Written and directed by Wes Craven
Released November 1984
New Line Cinema
This is my all-time favorite horror movie. And unlike my friend Annie Riordan I don’t find it dated in the slightest, re-watching it today I find it just as suspenseful as I did when I first watched it as a wee lad. The main credit to the success of this film has to go to Heather Langenkamp who stars as Nancy Thompson, a teenage girl living with her alcoholic divorced mother (Ronee Blakley), and dealing with her overbearing father (John Saxon), who happens to be local Sheriff. Nancy has been having recurring nightmares about a strange man in the shadows who comes after her wearing a glove with knives on the fingers. But she’s not the only teenager in town with those same dreams, Nancy’s friend Tina (Amanda Wyss), her boyfriend Glen (Johnny Depp), and Tina’s boyfriend Rod (Jsu Garcia), all have similar nightmares (and are similarly talented young actors). As the nightmares escalate to the point where her friends start dying as a result of what happens to them in their nightmares, Heather uncovers the truth behind the myth of Freddy Krueger, and builds to a final showdown between her and him.
Pretty much everything about this film works for me. The way Freddy (played to perfection by Robert Englund) is portrayed here remains his scariest appearances (before later films turned him into a wise-cracking joker), as Craven only films him in the dark, never giving you a clear look at Freddy’s face. Scenes like when he slices his own fingers off or when he runs after Tina with his arms extended help make him seem like a monster from a child’s nightmares. I also like the slow revelation of Freddy’s origins, from when Heather first grabs his hat from the dream and sees the name printed inside to when her mother takes her down to the boiler room and shows her the glove (why would she keep that with her, it’s evidence of a crime? nevermind…) and tells her the story of Freddy Kruger, the serial killer of children who was then burned alive by an angry mob of parents, and says “He’s dead honey, because mommy killed him.” The death scenes were also brilliant in their simplicity, from Tina’s bloody body being dragged up her bedroom walls and across the ceiling to Glen being sucked into his bed and then a geyser of blood erupting out of it. Not to mention the sequence where Nancy follows Tina’s bloody corpse in a body bag down the school hallway, or the final jump-scare when Nancy pulls Freddy out of her dream and into the real world. That still gets my every time.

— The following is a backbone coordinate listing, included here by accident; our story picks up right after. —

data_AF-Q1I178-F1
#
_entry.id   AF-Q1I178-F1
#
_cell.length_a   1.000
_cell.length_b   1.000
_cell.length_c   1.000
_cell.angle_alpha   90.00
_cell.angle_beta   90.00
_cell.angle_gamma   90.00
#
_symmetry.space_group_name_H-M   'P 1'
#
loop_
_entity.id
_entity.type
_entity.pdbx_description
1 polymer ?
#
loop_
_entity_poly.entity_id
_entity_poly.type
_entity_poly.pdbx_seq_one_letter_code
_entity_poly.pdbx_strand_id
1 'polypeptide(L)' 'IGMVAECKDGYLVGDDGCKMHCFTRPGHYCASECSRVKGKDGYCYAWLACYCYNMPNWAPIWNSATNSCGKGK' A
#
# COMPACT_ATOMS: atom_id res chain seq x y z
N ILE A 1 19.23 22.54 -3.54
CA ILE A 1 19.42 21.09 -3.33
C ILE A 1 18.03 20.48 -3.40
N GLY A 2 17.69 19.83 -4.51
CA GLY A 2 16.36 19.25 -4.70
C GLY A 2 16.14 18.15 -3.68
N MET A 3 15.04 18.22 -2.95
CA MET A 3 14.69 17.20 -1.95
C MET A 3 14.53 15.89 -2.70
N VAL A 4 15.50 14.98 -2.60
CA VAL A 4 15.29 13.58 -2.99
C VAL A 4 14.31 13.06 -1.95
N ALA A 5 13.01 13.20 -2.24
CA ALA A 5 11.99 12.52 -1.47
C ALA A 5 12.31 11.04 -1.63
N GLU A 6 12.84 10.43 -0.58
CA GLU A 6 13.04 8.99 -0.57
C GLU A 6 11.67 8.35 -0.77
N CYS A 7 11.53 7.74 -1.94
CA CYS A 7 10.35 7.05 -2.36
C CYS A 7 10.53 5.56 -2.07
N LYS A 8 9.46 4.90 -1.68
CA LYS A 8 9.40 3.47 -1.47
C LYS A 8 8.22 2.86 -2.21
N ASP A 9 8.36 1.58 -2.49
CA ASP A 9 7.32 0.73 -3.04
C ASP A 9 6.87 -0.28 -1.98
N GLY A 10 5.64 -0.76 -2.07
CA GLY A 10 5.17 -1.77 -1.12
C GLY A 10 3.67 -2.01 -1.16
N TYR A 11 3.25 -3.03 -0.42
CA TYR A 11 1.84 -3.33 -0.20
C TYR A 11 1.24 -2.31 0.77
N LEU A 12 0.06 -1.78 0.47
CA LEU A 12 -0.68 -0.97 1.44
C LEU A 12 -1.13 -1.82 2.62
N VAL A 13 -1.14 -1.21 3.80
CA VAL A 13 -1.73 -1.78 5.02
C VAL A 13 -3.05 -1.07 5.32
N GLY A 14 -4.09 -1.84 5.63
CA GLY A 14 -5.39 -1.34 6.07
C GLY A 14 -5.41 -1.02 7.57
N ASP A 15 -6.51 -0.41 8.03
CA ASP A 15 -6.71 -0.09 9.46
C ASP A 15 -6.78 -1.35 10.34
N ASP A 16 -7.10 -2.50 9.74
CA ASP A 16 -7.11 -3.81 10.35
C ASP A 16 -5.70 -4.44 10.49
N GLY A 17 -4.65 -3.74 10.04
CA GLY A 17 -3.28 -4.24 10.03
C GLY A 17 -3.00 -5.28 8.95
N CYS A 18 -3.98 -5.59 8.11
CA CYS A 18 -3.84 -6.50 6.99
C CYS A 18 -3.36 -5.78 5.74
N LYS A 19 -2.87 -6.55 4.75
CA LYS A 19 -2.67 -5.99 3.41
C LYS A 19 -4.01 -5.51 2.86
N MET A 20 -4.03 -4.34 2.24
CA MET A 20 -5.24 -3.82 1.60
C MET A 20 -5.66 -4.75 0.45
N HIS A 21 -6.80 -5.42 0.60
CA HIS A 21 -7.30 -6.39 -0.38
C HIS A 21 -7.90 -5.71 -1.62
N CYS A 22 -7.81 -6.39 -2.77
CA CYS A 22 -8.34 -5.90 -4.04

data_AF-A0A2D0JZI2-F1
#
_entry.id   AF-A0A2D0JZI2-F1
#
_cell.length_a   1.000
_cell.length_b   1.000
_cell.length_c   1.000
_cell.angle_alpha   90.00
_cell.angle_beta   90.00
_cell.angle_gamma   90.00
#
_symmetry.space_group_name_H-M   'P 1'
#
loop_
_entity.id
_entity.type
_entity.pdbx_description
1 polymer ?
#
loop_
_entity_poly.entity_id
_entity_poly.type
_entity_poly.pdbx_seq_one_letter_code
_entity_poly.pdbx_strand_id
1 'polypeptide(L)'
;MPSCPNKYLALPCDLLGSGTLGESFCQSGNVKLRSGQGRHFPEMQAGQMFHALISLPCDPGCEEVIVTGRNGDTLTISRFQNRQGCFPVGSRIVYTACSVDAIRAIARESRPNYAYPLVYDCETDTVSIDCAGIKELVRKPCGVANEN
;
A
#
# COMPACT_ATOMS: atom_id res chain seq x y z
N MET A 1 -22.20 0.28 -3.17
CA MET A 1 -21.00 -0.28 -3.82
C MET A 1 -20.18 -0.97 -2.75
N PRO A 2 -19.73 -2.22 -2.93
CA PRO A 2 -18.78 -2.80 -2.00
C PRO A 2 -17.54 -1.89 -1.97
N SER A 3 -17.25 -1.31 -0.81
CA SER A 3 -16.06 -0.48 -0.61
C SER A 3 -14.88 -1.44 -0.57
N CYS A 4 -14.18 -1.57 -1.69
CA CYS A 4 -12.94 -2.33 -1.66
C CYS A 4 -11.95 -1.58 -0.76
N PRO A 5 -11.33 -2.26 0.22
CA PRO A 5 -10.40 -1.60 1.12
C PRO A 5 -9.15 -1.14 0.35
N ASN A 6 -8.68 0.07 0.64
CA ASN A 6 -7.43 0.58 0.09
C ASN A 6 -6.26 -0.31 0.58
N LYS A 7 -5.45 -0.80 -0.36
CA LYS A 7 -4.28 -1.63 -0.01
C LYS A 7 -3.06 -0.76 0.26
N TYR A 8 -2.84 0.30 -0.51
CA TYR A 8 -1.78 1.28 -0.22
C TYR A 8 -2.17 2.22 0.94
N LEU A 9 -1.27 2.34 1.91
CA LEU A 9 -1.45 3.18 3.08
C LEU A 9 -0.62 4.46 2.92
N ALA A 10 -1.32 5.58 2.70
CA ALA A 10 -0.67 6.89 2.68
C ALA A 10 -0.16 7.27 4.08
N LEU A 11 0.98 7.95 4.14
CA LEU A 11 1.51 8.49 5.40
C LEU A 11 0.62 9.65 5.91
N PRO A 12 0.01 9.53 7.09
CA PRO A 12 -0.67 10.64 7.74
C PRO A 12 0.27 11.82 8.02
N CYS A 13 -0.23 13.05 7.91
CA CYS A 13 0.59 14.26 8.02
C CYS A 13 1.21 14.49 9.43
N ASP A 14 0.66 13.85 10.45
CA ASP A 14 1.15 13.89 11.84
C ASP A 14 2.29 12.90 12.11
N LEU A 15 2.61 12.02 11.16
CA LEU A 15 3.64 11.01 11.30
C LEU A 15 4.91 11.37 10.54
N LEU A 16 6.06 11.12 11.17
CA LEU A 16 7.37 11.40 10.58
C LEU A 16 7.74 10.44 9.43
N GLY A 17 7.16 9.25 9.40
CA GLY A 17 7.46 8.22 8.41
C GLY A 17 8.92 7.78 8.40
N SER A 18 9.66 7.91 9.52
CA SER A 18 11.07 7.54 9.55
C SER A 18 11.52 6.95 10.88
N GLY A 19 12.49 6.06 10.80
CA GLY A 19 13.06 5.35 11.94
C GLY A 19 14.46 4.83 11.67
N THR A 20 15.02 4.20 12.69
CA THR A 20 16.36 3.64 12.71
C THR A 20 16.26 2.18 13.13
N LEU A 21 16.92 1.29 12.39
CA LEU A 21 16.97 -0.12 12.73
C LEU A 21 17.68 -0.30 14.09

There’s also the iconic image of the young girls jumping rope will singing the nursery rhyme about Freddy. And that final ending with that twist that was so good because it was truly unexpected. Almost 30 years later, A Nightmare on Elm Street remains the standard by which all horror films should be judged by.
Just my opinion.